Munch goes to Lombardozzi's



The blower rang. It was Munch's secretary, Effie, on the line. "There's a girl out here who wants to see you." A slight pause. "She's a knockout."

Munch clipped the end off of a Montecristo Robusto, lit it, and swiveled the chair toward the office door, phone still at the ear. You didn't need to be a private dick to know what comes next: "Send 'er in," Munch said.

Her name was Miss Wonderly. She was tall and pliantly slender, legs long, lips like cranberry sauce, skin the color of an under-cooked turkey, hair like caramelized yams. There was an appetite in her eyes.

Lucky for her, Munch had food on the brain.

"I'm not from around here," Miss Wonderly murmured softly.

"You don't say?" Munch rocked forward in the chair. "Now what can I do for you, Miss Wonderly?"

"I'm hungry," she said.

"I can see that," Munch said. "How does that concern Munch?"

"Do you always refer to yourself in the third person? How very interesting, in a psychotic way."

"One of my many charms. Stick around and I'll show the rest of them."

"Eww. Anyway. I'm in town for the night. I was hoping you could solve a little mystery for me," she purred.

It was a lovely purr, a purr that could make a man write bad checks. Munch's checking account was overdrawn as it was. That's why our hero gets nervous around things that purr -- women, cats, the Toyota Prius. Presently, our Epicurean Examiner broke into a flop sweat, forehead glistening, thighs congealing like two sumo wrestlers slathered in teriyaki, slapping against each other under a hot August sun.

Pull it together, Munch.

"I'm not a private dick, ma'am," Munch said. "I'm a restaurant critic. Ostensibly."

"I know that. It's a food mystery," she said. "Where can I get a decent Italian lunch buffet in this town?

Munch said, "I've got just the place."

With Munch driving, the two of them navigated Pittsburgh's back streets and shadows. "Where are you taking me?" Miss Wonderly asked.

"Shortcut," Munch growled, sounding not unlike Christian Bale in "The Dark Knight."

"This neighborhood looks like trouble," Miss Wonderly said.

"Trouble is my business."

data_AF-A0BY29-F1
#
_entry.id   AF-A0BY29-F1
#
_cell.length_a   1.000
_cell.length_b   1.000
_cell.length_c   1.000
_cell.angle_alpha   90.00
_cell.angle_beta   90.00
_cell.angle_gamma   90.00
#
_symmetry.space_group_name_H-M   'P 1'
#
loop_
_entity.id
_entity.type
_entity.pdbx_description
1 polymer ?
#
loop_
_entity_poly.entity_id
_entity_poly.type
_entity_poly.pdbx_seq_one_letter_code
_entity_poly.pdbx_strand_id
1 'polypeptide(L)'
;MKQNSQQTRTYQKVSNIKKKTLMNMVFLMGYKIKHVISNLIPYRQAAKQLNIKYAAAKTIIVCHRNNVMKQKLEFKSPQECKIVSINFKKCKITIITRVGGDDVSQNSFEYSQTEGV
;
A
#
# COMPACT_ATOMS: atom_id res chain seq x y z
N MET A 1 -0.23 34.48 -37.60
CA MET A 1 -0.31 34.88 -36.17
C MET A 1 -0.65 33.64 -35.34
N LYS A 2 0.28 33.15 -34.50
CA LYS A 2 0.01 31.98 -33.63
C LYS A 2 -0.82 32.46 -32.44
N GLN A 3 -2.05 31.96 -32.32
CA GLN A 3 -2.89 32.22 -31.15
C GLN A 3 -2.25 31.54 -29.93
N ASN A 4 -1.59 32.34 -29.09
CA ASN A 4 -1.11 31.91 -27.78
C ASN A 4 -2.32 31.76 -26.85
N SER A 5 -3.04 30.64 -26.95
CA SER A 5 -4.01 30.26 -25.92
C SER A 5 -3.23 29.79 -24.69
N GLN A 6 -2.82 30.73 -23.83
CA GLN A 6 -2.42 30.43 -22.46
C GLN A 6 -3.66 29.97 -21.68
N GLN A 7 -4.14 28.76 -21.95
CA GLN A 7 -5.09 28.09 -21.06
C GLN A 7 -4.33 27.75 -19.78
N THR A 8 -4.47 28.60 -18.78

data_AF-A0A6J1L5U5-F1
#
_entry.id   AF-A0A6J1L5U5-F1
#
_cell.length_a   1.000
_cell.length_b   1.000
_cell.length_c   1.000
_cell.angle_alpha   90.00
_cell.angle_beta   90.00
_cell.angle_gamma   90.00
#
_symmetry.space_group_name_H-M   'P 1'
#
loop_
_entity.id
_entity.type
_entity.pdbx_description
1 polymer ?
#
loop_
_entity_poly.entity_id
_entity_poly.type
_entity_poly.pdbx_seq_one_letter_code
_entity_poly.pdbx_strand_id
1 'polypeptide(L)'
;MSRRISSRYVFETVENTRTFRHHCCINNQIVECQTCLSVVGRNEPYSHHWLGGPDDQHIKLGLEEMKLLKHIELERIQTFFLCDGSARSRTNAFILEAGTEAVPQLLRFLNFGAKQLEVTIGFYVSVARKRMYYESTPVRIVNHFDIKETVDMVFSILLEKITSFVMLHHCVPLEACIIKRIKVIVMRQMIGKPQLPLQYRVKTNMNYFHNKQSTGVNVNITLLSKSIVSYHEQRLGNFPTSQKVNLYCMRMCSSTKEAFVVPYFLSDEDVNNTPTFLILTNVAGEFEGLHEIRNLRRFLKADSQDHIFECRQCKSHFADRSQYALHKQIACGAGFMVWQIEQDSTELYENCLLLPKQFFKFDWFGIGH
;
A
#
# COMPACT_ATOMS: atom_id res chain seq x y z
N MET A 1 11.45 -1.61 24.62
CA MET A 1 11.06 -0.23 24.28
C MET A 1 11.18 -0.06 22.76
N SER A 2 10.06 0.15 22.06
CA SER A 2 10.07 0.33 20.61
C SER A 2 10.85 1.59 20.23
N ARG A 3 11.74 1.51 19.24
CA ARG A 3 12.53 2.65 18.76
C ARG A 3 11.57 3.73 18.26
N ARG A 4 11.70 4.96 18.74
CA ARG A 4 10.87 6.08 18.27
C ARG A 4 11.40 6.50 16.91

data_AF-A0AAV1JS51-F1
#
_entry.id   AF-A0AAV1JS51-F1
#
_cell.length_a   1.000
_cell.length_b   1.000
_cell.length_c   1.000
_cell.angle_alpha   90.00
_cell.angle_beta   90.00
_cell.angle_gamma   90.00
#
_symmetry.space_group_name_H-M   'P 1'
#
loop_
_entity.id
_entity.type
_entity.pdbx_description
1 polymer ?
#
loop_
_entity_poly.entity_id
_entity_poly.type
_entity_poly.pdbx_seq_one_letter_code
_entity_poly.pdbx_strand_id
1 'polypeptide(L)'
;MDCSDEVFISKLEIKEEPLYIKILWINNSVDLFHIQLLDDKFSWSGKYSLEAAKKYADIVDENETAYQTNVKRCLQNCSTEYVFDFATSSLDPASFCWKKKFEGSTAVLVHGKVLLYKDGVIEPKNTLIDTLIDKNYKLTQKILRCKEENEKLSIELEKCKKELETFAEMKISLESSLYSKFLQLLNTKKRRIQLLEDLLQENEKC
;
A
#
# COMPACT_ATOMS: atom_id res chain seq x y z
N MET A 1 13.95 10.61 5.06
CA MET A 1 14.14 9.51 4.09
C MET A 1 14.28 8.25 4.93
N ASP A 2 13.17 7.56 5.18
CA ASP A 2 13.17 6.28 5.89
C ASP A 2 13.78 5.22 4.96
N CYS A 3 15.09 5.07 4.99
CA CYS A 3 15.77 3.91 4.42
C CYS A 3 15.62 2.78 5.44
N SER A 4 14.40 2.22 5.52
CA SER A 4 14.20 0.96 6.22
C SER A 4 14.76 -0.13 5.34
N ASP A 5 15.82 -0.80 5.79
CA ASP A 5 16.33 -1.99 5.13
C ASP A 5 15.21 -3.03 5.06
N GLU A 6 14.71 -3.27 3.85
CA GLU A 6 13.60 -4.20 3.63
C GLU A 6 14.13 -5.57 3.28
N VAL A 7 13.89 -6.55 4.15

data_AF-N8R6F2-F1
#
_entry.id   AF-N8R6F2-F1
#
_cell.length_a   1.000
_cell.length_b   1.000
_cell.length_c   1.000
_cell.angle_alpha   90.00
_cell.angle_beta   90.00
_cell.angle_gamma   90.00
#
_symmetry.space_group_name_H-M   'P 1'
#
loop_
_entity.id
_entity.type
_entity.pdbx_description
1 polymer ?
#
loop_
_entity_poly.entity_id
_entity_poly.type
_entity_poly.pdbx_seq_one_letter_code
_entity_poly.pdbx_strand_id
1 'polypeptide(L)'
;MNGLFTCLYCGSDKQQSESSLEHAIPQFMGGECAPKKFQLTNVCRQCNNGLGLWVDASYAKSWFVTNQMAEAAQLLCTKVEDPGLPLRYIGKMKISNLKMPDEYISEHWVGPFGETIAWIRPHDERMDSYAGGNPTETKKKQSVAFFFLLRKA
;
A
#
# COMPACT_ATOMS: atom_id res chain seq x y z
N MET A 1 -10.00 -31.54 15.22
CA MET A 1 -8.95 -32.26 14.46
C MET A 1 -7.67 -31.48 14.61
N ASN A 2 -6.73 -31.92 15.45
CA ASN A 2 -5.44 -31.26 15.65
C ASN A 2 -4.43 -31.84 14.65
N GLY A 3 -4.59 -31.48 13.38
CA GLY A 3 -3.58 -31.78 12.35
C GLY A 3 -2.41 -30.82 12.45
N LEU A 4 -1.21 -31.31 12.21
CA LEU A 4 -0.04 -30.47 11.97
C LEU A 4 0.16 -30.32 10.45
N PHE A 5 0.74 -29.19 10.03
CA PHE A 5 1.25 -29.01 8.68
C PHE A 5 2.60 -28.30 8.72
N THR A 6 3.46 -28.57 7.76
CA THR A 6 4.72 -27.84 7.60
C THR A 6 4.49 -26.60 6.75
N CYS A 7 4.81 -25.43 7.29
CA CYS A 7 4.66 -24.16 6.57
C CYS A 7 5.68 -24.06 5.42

"Are we in a demilitarized zone?"

"I eat demilitarized zones for breakfast."

"I think we just passed a homeless encampment."

"Homeless Encampment is my middle name."

"Eh?"

"I have two middle names, Miss Wonderly. Like George Herbert Walker Bush."

The scenery improved. Soon, the pair arrived at Lombardozzi's in Bloomfield, and was seated at the U-shaped bar. A lunch buffet at Lombardozzi's means chicken, meatballs, sausage, pasta, appetizers, salad, soup and dessert, for $7 or so. The same lunch buffet cost $5.25 -- back in 1986. This is as good a bargain you can find in a cold, hard world where bargains are going out of style.

Oscar Wilde once said, "Each man kills the thing he loves." Munch and Miss Wonderly loved the fettuccine plate, so they killed it fast. On the matter of sausages, it has long been Munch's philosophy that there are no bad sausages, only some that are better than others; this Italian sausage was better than others. The chocolate cake was luscious and sloppy, like a backseat kiss on prom night. Munch skipped the salad, because salad is what real food eats in order to become a steak later in life.

Miss Wonderly eyed the decor -- the maroon-and-cream color scheme; the brown, industrial exterior; the wall paintings that surely haven't changed since Elvis was with us and Reagan was a cowboy. "This place has the atmosphere of a bomb shelter," she said.

"I never trust a place with atmosphere," Munch said. "Atmosphere is for restaurants with lousy food and for people with nothing to talk about."

On the way back to Munch's office, they talked about nothing. Exiting the car, Miss Wonderly hesitated at the door.

"Thanks for the lunch," she said, smiling with the kind of mischief that launches ships and starts wars. "You have time for a little nightcap?"

Munch gazed deep into her eyes, brown and sweet, like a pair of cinnamon buns from Kretchmar's. Not the iced ones, but the ones with the pecans. Eyes like those are the reason grown men do pushups.

"Sorry, Miss Wonderly. I've a deadline to meet. The newspaper is a cruel taskmaster."

She sighed sadly. "Not as cruel as you, Munch."

"In this line of work, you can't afford to be nice," Munch said. "Farewell, my lovely."

She slipped out of the lamppost light and into the late afternoon dimness, but never said goodbye. To say goodbye is to die a little. Munch never saw her again.

With great thanks to Raymond Chandler, Kinky Friedman, and "The Maltese Falcon" by Dashiell Hammett. Contact me at munch@post-gazette.com, or look for Munch on Facebook.





Advertisement


Hot Topic